Preview: Specialized Recon Mixed Terrain Shoe

Classic aesthetics, high-tech features

Specialized-Recon-Mixed-1

SPECIALIZED RECON MIXED TERRAIN | $225 | SPECIALIZED.COM

 
These days, most of my riding shoes look nothing like this. I favor flat pedals and, consequently, my go-to kicks look less like a NASA-designed clog and more like something you’d find at the skate park. Still, having grown up in the era of toe-clips and Italian leather riding shoes, I allow that I still have a warm spot in my heart for shoes that look more like something Eddy Merckx might have worn and less like a ballet slipper constructed of gold lamé and carbon fiber. Thus, I was intrigued when these new shoes arrived in the office.

As the name suggests, the shoe is designed to work for both road and off-road riding. I’m guessing that “gravel ginder” is the target audience here (i.e., riding your road or cross bike godawful distances on dirt roads and trails). I’d roll my eyes at the whole gravel-grinder trend, but I’ve actually always been a fan of riding skinny tires off road. I can’t muster any resentment whatsoever towards putting wider tires and disc brakes on road bikes and riding them miles away from the nearest beer-can throwing jackass in a Ford F-350. Are these shoes the right tool for that kind of riding? Dunno. They just showed up, but there are a few potentially cool features that leap out at you.

It's not all retro...the Recon Mixed Terrain shoe sports a tacky  Slipnot tread that should reduce flailing on wet, rocky sections. And for all its old-school charm, the shoe also sports stiff and light carbon soles.
It’s not all retro…the Recon Mixed Terrain shoe sports a tacky Slipnot tread that should reduce flailing on wet, rocky sections. And for all its old-school charm, the shoe also sports stiff and light carbon soles.

Despite the whole Fausto Coppi flashback appeal, the Recon Mixed Terrain sport as aggressive a sole as you’d find on most cross-country mountain bike shoes. What’s more, the tree is fairly soft and grippy. I’m not going to relish the prospect of hike a biking up wet, granite ridge lines in these things, but it’s fair to say that Specialized has cooked up a tread that offers as good (and probably better) traction on wet rocks.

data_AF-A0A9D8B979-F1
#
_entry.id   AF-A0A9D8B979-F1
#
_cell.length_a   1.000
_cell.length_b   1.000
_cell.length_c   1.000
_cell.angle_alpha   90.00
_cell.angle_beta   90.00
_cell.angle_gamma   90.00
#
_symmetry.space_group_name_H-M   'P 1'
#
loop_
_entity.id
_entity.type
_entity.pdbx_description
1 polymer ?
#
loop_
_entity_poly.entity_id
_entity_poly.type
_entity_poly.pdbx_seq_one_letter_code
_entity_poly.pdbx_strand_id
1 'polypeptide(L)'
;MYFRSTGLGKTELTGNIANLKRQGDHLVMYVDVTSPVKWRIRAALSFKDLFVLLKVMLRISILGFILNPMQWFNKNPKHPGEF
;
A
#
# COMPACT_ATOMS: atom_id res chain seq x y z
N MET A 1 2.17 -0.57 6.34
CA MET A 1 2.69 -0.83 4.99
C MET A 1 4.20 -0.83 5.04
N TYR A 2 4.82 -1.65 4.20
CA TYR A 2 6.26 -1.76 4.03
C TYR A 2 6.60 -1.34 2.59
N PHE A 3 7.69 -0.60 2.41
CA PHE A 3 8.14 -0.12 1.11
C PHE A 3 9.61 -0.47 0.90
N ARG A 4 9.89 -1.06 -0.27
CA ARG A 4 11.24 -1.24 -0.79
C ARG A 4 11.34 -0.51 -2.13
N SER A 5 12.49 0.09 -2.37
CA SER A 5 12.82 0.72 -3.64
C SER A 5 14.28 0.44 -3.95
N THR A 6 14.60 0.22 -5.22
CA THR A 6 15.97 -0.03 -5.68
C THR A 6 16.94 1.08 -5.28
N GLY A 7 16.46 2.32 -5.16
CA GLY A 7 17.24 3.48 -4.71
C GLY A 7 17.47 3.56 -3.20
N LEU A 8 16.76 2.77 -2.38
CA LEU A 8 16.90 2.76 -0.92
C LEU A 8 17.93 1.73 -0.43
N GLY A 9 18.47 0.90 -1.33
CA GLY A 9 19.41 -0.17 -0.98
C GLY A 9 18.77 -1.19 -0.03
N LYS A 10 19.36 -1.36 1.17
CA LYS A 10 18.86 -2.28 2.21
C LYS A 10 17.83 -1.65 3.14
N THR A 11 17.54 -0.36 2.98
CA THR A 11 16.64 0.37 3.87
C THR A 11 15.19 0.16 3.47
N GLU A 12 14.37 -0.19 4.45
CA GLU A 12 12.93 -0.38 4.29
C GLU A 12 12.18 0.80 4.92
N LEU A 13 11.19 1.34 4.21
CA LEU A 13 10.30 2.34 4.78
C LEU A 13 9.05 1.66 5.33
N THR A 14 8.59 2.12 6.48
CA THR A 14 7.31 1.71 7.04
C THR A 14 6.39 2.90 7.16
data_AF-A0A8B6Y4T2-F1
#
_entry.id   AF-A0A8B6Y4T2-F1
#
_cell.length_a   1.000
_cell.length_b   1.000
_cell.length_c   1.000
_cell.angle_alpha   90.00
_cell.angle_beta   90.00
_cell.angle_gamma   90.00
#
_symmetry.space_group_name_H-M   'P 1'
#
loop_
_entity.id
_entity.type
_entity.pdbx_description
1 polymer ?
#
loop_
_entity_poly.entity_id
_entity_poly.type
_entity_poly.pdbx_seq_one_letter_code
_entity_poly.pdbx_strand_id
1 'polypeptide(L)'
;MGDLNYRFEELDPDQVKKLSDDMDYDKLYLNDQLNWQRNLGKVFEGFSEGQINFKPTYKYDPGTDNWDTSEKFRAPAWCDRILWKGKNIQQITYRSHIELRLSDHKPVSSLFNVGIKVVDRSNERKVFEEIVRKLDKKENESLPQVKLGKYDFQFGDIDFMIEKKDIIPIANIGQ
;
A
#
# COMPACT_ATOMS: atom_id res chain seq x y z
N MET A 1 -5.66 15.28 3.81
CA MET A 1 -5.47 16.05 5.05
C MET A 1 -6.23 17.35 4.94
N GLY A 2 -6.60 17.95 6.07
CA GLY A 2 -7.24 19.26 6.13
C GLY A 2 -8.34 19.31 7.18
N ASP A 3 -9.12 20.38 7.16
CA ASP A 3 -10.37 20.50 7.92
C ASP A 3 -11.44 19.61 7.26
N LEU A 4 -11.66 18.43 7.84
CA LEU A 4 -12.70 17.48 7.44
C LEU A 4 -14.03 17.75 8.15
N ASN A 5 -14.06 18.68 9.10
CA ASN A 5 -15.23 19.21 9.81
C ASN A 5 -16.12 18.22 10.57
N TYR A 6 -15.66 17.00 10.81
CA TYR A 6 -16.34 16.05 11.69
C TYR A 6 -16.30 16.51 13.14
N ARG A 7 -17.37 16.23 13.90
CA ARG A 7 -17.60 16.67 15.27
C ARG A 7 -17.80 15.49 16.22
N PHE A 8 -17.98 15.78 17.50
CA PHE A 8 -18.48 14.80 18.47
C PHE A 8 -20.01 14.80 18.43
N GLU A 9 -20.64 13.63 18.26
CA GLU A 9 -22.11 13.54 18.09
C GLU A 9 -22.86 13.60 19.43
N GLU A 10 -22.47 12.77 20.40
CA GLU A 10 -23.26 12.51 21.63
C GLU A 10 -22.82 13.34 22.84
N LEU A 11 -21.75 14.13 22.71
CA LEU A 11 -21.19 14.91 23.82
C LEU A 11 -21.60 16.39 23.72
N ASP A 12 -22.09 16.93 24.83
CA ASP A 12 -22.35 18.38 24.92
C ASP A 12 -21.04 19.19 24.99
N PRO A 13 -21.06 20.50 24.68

The shoe also sports a carbon sole. While you might want something with more flex for those hike-a-bikes, the carbon sole is going to kick arse in the power-transmitting department, when you’re actually turning pedals. The shoes are drilled for typical 2-bolt SPD-style cleats.

The shoes sport non-stretch, waterproof laces, which Specialized contends helps to create a more comfortable, customized fit. It makes sense on one level, but I can’t say that I’ve ever been bummed in the least with the fit created by either Velcro, ratcheting-buckle or BOA-style closures. Juries out on the laces for me. It’s worth noting that the shoes also sport “Lacelock”; an elastic loop that should go some ways towards preventing your laces from getting eaten by your big chainring. Finally, all that shiny leather-looking outer is actually a Micromatrix synthetic leather. How does it hold up to buckets of rain, road grime and mud? We’ll see. Northwest winters are hell on shoes. This will be interesting.

The requisite beauty shot....I'm curious to see how they hold up to the mud and rain of the pacific northwest.
The requisite beauty shot….I’m curious to see how they hold up to the mud and rain of the pacific northwest.

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